Hornets’ executive stopped when he tried to fly with handgun

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This is far more innocent sounding than the headline implies. And as much as it is a stupid move, this story really just worries me more about the fine folks working for TSA than it does the individual involved.

A Hornets executive flew from New Orleans to the New York area with a gun in his bag, but was stopped on his return flight when he tried to board again, reports the New York Post (via SLAM).

New Orleans Hornets VP Joshua Richardson had allegedly taken the weapon on his trip to the New York area by accident after he grabbed his wife’s bag containing the weapon, instead of his own.
The b-ball blunder came to light last night after TSA agents at Newark Airport found the .38-caliber handgun in the luggage as Richardson tried to fly home, Port Authority police reported… He was charged with one count of criminal possession of a weapon and was expected to be released on his own recognizance.

The gun is registered to his wife and it sounds like an innocent mistake. I’m willing to give the benefit of the doubt here, because I can’t believe he was stupid enough to try to take a gun on a plane.

Two thoughts:

How did it get through TSA the first time, from New Orleans to Newark? It had to get up there, how did it get missed the first time around? This concerns me far more than what he accidentally did it.

Second, based on personal experience, taking something of your wife’s on accident will get him in far more trouble than he got in with TSA. If I took my wife’s bag on accident on a trip, I might as well have just stayed in New York.

Jaylen Brown’s #drivebydunkchallenge video is awesome

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I love the drive by dunk challenge (if you prefer, the #drivebydunkchallenge), it would be the best thing on NBA Twitter this summer, if it wasn’t for Kyrie Irving.

But the best one yet comes from Boston’s Jaylen Brown.

He steals the ball, and the best part is the guy who comes over like he’s going to stop Brown from throwing it down.

Nets’ Jeremy Lin: ‘We’re making the playoffs. I don’t care what anybody else says’

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The Nets went 20-62 then traded their best player (Brook Lopez) for a worse player (D'Angelo Russell). Brooklyn’s biggest free-agent signing this summer (Otto Porter) plays for the Wizards. Rondae Hollis-Jefferson and Caris LeVert are nice developmental pieces but hardly seem on the verge of breakthroughs.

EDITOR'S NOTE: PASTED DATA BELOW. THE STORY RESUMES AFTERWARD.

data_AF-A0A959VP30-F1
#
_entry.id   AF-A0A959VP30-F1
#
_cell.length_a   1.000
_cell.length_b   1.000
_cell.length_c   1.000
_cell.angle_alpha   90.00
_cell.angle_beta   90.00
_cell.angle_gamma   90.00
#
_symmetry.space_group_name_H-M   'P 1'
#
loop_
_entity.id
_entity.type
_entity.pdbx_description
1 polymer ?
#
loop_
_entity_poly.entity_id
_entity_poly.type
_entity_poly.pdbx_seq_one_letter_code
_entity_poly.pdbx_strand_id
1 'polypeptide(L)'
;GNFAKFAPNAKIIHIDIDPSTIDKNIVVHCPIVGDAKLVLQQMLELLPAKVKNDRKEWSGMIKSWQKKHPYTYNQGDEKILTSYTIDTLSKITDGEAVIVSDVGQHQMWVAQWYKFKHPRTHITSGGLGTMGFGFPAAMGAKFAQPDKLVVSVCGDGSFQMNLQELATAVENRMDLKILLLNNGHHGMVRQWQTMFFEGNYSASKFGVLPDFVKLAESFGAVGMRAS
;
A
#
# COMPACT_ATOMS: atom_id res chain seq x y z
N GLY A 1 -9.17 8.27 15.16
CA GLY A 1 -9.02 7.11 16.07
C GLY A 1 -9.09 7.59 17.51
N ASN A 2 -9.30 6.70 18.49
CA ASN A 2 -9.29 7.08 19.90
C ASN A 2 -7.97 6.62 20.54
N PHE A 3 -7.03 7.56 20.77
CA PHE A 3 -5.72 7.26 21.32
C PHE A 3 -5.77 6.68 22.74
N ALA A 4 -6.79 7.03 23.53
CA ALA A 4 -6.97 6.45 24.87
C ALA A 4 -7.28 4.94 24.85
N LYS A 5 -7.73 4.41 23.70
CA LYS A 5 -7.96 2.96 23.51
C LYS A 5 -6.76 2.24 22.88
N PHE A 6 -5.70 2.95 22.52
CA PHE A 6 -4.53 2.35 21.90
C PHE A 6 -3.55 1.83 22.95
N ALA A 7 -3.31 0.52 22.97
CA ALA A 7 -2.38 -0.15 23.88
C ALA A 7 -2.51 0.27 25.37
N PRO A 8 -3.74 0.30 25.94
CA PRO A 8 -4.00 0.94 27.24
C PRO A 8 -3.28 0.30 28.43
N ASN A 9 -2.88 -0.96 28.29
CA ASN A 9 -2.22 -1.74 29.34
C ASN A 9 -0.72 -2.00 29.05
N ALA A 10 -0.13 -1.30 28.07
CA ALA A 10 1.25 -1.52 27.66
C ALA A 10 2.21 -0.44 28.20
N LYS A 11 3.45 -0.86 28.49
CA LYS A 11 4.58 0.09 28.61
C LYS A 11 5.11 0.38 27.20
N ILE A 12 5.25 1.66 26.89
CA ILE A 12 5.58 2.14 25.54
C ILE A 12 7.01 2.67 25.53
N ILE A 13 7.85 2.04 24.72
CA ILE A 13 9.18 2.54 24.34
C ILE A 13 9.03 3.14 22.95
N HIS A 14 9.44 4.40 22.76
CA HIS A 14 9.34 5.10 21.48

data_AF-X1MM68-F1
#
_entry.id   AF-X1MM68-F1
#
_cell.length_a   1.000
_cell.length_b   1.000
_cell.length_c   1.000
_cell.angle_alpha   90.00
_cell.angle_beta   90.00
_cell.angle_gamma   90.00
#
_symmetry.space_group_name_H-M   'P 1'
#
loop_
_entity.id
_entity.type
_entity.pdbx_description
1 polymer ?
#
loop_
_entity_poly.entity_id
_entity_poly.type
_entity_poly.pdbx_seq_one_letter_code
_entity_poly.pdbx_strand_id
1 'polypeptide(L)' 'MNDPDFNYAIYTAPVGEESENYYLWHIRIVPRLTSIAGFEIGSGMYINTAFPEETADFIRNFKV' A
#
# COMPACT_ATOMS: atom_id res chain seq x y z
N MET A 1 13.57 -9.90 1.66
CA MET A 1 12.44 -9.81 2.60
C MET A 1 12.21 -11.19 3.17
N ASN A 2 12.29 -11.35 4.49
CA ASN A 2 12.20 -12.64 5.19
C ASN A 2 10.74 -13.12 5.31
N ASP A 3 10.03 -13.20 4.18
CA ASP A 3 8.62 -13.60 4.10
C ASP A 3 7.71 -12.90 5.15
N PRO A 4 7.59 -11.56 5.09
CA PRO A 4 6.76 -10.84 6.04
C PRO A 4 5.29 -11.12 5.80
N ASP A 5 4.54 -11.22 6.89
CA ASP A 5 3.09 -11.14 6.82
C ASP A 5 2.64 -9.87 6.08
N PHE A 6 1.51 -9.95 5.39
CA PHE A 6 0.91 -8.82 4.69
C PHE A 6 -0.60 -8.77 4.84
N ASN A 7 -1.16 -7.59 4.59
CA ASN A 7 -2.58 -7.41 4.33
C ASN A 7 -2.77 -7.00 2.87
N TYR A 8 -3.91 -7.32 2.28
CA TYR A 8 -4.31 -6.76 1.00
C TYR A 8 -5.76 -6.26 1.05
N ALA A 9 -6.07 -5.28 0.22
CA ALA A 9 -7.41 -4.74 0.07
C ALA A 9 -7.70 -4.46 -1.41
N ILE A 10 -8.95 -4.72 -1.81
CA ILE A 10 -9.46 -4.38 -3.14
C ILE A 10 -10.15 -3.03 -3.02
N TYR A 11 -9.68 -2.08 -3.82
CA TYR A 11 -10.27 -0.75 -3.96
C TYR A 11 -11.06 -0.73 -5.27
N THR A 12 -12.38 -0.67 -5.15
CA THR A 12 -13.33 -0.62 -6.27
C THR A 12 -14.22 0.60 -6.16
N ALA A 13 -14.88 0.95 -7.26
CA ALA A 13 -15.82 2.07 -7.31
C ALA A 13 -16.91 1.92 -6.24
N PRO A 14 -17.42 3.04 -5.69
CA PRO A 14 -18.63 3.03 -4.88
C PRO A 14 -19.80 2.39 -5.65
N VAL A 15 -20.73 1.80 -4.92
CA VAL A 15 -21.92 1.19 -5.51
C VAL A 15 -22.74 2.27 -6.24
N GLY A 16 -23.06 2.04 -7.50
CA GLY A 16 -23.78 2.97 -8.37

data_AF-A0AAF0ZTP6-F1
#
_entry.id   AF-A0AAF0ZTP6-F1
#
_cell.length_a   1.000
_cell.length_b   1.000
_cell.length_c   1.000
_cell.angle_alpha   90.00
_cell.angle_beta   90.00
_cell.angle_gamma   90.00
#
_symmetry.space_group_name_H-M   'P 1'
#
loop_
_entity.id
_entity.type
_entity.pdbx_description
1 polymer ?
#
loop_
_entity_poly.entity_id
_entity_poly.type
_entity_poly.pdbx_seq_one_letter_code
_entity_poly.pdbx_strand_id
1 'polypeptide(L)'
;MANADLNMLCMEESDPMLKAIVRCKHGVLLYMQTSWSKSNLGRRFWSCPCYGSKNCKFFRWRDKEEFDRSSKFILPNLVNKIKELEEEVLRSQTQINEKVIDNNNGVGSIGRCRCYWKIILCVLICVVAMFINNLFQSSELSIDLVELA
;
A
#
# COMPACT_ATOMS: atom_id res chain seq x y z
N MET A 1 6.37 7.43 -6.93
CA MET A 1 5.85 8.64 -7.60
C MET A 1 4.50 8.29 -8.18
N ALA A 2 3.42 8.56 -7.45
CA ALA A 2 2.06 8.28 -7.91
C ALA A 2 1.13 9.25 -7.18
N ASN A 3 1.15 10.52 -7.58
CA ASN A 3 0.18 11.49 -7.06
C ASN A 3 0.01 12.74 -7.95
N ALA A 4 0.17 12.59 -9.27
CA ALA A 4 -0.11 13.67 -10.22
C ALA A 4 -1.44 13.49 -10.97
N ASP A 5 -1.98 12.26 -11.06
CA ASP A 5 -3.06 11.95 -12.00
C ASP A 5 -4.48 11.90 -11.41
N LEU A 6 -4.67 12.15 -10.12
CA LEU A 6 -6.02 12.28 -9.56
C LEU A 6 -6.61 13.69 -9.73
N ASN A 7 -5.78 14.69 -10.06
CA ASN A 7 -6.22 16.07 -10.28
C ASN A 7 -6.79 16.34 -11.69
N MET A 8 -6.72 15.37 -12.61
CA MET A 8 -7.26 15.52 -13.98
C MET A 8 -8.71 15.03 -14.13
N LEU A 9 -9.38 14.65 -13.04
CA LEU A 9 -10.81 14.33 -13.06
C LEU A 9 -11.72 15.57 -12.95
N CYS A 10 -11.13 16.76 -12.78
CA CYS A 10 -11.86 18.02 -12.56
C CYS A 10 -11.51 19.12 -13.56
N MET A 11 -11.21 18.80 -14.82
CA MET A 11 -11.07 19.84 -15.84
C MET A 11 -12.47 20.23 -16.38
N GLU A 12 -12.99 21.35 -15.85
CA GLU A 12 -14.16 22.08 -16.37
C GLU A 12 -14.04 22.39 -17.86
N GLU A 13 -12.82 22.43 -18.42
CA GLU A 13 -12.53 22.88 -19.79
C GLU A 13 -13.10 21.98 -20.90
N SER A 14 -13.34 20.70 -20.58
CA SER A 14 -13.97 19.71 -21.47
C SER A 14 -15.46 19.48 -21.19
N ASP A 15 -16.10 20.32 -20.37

Still, Nets guard Jeremy Lin expects big things next season.

He set expectations in an Instagram Live video (hat tip: AJ Neuharth-Keusch of USA Today):

We’re making the playoffs. I don’t care what anybody else says.

The Nets are on the right track given their asset constraints. Though worse than Lopez now, Russell – eight years younger and on a low-paying rookie-scale deal – is more valuable. Brooklyn made the favorable swap by absorbing Timofey Mozgov‘s awful contract, a wise use of assets considering the difficulty of attracting free agents. An aggressive offer sheet for Porter was a reasonable swing in that situation, as well.

But that’s all helpful in the long run. In the short term, the Nets are almost certainly stuck as lousy. Maybe they can sneak into the playoffs in a weak Eastern Conference, but even that is a huge longshot.

Not that Lin cares what I say.

Check out Top 10 blocks from Summer League (VIDEO)

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When you think of Summer League basketball, sharp defensive rotations is not the first thing that comes to mind. Defense, in general, tends to be an after thought.

But there were some great blocks.

Here are the top 10 blocks from the Las Vegas Summer League. Enjoy the flashes of defense from Vegas.

 

Memphis Grizzlies sign former Oregon forward Dillon Brooks

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MEMPHIS, Tenn. (AP) The Memphis Grizzlies have signed former Oregon forward Dillon Brooks, a second-round pick in last month’s NBA draft.

Shams Charania of Yahoo Sports:

Brooks was selected by the Houston Rockets with the 45th overall pick. The Grizzlies acquired him in exchange for a future second-round pick.

Brooks, 21, averaged 16.1 points, 3.2 rebounds and 2.7 assists as a junior at Oregon last season. He was named the Pac-12 player of the year and helped Oregon earn its first Final Four berth since 1939.